- Designers: Matthew Dunstan, Rory Muldoon
- Publisher: Postmark Games
- Players: 1+
- Age: 8+
- Time: 20 mins
- Played with preview PnP file provided by Postmark Games
Well, the COVID Pandemic is now concluding its second year (of who knows how many), and so many things have changed as a result. One thing that has clearly affected our hobby is the nebulous “supply chain”. Game releases are delayed constantly – sometimes due to production issues (can’t get the materials to make the game), sometimes due to shipping issues, etc.
A new company, Postmark Games, was founded to sidestep some of these issues – by offering only print-and-play games… Once the games are ready – there’s no delay! Additionally, this method of game distribution would be better for the environment as there will be less packaging (as in no packaging), and less waste in printed materials, as the gamer can print up game sheets on demand – so only print what you plan to use!
The new company has chosen to take their funding to Kickstarter – asking supporters to pledge funds in return for the game files. The first game in this line is called Voyages – the description from the publisher:
Voyages is a roll-and-write game of open sea adventure and exploration. Each player is the captain of a vessel sailing the seas and requires a single printed game sheet and pencil, while one player also needs to provide three dice. Playable from 1-100+ players, either locally or virtually, Voyages will be supported over time with new expansion content provided for free to original backers of the game.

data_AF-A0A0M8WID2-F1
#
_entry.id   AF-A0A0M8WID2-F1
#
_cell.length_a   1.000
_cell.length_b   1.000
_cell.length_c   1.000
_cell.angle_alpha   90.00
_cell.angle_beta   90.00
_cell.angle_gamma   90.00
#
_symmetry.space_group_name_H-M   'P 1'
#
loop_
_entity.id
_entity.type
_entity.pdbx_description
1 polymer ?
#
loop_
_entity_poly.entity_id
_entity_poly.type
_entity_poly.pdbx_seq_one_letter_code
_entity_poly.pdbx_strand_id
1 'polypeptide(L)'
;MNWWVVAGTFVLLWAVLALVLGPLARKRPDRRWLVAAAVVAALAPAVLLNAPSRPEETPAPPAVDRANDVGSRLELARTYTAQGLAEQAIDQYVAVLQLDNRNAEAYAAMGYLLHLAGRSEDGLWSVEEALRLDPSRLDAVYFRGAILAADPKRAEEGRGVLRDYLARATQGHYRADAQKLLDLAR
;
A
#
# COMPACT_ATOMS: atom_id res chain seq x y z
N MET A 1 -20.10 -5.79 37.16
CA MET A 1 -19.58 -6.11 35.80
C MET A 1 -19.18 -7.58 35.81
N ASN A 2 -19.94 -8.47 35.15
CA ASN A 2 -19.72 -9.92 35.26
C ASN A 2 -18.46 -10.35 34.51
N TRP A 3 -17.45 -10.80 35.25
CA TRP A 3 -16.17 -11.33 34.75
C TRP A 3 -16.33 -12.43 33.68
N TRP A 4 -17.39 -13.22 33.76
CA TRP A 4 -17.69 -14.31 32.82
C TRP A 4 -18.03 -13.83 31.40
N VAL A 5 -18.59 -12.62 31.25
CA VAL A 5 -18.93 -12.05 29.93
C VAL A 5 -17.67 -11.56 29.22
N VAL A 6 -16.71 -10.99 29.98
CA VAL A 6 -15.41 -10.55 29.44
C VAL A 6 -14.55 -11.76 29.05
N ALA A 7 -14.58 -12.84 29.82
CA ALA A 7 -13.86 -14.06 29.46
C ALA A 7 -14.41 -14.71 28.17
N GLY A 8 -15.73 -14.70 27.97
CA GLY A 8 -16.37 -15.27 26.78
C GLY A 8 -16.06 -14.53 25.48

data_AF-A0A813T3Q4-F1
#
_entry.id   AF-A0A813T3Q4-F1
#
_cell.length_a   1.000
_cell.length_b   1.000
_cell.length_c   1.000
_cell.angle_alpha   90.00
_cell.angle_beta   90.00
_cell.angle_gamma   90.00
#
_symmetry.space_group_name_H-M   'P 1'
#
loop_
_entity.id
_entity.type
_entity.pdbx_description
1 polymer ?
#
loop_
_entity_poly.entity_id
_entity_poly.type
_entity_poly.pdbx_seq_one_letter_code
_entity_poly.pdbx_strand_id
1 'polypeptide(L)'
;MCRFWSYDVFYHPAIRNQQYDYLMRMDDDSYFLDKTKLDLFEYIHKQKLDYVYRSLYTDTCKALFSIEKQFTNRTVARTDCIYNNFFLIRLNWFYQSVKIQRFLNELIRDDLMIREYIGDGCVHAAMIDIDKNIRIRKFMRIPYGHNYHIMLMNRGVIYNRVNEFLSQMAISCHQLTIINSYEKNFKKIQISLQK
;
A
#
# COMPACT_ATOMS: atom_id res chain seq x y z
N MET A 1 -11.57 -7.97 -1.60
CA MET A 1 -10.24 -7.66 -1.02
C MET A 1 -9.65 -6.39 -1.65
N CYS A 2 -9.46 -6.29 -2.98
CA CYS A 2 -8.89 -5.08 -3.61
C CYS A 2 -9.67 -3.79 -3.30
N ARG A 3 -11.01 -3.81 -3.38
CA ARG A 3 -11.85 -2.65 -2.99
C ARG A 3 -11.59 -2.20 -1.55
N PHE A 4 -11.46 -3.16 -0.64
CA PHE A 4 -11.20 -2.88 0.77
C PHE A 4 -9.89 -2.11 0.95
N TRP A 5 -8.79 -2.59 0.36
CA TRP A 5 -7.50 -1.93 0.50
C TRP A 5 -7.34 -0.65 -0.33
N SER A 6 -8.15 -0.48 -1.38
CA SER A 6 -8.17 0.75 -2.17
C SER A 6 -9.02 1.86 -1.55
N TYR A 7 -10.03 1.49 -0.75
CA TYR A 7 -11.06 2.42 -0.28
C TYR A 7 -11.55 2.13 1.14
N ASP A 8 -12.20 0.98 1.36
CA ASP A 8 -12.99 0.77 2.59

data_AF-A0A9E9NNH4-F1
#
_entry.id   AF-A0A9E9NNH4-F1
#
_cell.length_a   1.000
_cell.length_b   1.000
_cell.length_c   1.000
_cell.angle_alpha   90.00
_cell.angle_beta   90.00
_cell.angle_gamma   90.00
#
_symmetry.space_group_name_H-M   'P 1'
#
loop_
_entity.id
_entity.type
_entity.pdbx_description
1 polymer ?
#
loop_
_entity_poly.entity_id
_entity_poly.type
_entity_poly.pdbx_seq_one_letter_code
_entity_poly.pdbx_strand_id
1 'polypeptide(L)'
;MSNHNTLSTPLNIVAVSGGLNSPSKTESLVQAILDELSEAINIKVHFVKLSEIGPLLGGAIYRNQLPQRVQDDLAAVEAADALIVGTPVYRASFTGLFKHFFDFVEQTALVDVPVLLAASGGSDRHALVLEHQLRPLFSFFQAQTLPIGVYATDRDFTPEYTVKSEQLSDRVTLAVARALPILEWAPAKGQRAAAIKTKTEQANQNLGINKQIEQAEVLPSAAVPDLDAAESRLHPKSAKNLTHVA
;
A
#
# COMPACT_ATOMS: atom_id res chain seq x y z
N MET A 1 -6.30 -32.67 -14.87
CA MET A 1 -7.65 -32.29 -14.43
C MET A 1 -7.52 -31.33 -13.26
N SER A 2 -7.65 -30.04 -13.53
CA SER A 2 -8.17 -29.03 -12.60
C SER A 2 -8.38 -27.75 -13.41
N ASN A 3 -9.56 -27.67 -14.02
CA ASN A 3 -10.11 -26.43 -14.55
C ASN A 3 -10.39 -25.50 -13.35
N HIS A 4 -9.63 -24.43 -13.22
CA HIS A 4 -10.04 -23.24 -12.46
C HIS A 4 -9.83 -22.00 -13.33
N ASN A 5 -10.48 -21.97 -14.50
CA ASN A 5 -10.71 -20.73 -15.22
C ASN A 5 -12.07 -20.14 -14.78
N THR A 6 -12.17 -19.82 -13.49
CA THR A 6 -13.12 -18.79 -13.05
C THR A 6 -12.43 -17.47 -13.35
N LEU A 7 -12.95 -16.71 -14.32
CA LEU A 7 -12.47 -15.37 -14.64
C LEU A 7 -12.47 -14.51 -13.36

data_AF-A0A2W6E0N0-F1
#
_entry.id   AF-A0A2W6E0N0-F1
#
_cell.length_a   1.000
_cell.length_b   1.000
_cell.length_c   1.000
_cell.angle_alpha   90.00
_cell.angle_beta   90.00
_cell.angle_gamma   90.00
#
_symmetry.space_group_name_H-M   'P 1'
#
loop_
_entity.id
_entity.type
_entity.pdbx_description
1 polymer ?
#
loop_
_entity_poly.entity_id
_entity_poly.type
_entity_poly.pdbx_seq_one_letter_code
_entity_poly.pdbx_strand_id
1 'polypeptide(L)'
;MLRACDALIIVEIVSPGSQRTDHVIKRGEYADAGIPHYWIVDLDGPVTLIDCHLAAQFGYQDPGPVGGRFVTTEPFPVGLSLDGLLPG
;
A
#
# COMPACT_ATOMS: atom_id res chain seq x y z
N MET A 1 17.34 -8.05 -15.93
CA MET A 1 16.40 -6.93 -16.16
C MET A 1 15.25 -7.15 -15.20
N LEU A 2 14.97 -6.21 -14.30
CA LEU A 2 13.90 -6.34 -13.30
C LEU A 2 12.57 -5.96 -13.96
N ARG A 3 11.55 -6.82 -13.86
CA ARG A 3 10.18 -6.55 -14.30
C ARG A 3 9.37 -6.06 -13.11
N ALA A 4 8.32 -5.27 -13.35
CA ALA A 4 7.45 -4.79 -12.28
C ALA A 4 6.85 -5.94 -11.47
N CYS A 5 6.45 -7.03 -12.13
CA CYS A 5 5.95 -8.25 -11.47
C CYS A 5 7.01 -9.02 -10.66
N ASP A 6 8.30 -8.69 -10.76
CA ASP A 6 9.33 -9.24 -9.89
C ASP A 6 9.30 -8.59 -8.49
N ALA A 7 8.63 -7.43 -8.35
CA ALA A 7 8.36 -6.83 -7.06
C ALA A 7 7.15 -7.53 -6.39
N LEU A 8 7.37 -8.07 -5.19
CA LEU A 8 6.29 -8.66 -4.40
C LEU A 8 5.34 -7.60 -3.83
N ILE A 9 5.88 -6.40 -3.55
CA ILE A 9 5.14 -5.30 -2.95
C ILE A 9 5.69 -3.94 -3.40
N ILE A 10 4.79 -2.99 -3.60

This first campaign is set to kickoff on November 30 – so this preview comes right in time!
And as the preview page says – the cost of entry is pretty low – just 4 GBP. Which is like $5.50. Not bad for a new roll-and-write game… If you’d rather feel extravagant, it also does cost about 230,000 Iranian Rial.
So how does the game work? It is a roll-and-write game, where each player gets their own freshly printed sheet from your printer. It looks great on a color printer, but color is not necessary, and the game actually plays just as well in a black-and-white format as well. You will need to scrounge around your game closet/junk drawer to find three regular d6 dice and a writing implement for each player.
The rules are simple, all fitting on a single sheet of paper. You probably only need to print it once – or, as I have done, save the file on your phone and then pull up the rules and read it on your phone!
The game is played in a number of rounds, going until at least one player has accumulated at least three legendary stars. You will sail your ship around the board, visiting different islands and sea regions – picking up goods for trade, and training their sailors in case they come across the mysterious Dread…
To start each round, any player picks up the 3 dice and rolls them – each of the dice will be used each round, but the individual player will choose for themselves how they will be used. Additionally, each player will have the opportunity to exhaust a sailor to mentally modify the rolls for their own use.